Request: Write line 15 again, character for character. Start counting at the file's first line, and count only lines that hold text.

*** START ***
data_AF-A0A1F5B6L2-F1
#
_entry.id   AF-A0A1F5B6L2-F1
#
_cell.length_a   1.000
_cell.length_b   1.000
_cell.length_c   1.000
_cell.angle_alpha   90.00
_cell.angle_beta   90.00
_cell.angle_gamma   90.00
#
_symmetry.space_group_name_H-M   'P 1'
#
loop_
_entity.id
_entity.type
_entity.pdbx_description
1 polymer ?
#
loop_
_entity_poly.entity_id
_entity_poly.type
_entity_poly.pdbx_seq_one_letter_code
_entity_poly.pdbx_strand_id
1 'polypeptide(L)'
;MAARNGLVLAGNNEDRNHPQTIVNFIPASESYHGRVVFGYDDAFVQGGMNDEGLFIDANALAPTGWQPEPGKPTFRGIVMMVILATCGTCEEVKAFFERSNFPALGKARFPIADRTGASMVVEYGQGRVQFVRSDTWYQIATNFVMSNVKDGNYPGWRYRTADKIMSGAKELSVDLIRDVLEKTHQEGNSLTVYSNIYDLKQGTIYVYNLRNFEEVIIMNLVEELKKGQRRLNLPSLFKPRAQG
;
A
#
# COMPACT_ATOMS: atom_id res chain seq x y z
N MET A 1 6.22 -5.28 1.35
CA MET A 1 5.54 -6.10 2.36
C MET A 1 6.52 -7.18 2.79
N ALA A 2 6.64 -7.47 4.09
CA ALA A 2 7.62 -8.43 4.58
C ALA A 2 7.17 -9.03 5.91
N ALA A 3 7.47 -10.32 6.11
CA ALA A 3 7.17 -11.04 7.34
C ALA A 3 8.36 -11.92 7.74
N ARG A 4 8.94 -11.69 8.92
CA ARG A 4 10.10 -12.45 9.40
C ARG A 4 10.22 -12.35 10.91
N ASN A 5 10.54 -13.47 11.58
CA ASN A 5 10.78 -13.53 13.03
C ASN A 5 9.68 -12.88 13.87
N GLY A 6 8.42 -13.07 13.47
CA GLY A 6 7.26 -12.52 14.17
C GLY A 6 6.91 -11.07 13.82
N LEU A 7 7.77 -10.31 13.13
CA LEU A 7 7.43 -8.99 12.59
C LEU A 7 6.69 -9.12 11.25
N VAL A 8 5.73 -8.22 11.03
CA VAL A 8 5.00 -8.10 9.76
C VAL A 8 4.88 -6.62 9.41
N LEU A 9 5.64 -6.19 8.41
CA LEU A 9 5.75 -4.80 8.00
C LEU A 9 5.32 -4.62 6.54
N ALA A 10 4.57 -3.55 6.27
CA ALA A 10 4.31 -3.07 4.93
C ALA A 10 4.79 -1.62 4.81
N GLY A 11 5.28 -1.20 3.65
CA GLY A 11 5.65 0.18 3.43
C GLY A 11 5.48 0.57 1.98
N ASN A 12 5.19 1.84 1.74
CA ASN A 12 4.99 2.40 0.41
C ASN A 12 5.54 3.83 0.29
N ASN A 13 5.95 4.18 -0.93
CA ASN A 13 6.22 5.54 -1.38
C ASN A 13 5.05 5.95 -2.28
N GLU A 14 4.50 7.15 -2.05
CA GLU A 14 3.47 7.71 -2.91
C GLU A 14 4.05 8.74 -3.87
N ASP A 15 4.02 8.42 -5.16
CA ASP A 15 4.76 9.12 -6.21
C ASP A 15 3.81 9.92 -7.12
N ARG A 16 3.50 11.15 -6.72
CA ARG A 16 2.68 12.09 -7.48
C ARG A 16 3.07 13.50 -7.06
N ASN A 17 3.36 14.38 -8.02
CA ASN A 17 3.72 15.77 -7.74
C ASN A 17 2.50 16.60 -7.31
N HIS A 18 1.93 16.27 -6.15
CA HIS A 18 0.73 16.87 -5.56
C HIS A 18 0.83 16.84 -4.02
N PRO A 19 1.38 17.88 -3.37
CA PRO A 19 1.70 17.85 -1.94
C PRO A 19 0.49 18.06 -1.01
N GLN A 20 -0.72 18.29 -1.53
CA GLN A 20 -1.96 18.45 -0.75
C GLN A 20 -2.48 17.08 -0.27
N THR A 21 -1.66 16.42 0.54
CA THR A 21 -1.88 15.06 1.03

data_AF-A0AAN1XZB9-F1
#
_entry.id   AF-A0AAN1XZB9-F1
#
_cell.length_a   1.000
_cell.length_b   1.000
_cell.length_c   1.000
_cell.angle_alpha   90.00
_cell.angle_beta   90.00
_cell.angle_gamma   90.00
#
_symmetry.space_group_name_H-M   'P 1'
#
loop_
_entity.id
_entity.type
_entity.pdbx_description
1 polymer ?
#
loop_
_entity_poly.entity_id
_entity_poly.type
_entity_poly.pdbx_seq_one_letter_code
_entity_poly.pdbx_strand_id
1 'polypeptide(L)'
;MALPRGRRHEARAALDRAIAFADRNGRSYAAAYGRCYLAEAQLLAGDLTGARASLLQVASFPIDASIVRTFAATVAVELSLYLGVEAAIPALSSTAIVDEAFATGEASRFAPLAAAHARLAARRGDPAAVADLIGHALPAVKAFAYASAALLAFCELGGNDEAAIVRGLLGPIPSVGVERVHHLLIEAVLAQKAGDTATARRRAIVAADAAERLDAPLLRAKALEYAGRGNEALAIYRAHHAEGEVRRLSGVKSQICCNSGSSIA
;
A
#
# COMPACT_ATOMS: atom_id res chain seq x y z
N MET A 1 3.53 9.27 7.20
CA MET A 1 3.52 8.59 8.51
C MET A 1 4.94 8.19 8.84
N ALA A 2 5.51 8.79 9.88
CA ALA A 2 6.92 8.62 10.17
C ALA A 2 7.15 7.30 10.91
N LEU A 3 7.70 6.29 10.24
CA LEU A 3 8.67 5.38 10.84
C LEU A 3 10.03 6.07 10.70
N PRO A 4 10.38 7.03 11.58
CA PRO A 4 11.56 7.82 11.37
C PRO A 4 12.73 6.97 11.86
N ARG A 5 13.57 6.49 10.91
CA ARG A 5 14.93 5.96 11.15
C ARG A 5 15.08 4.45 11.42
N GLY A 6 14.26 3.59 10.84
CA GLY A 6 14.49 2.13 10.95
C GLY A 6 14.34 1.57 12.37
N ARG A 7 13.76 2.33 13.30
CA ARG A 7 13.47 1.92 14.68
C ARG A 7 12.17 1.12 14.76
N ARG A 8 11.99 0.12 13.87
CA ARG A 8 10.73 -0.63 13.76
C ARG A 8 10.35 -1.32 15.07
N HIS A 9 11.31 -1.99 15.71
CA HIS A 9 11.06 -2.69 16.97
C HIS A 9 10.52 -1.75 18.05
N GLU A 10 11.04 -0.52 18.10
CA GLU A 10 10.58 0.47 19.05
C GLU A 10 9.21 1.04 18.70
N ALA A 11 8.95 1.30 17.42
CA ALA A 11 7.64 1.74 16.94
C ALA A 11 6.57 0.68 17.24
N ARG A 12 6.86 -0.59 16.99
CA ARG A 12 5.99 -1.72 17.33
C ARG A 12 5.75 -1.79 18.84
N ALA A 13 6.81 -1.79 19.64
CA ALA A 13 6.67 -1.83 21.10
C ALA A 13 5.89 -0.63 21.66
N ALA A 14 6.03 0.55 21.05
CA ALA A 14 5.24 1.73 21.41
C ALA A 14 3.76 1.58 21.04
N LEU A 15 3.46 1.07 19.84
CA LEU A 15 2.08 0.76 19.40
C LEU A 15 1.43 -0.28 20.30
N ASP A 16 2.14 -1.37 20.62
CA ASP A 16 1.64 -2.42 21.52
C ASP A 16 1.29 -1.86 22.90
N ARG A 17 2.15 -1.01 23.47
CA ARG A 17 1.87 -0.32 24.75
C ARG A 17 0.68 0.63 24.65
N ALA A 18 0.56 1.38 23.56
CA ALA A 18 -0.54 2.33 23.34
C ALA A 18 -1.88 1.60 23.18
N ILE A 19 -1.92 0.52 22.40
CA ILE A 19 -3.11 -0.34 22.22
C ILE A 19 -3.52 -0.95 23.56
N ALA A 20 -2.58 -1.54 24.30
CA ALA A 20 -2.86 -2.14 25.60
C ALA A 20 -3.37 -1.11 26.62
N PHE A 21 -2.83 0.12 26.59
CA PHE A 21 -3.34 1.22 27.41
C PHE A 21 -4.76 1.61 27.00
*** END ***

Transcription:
_entity.id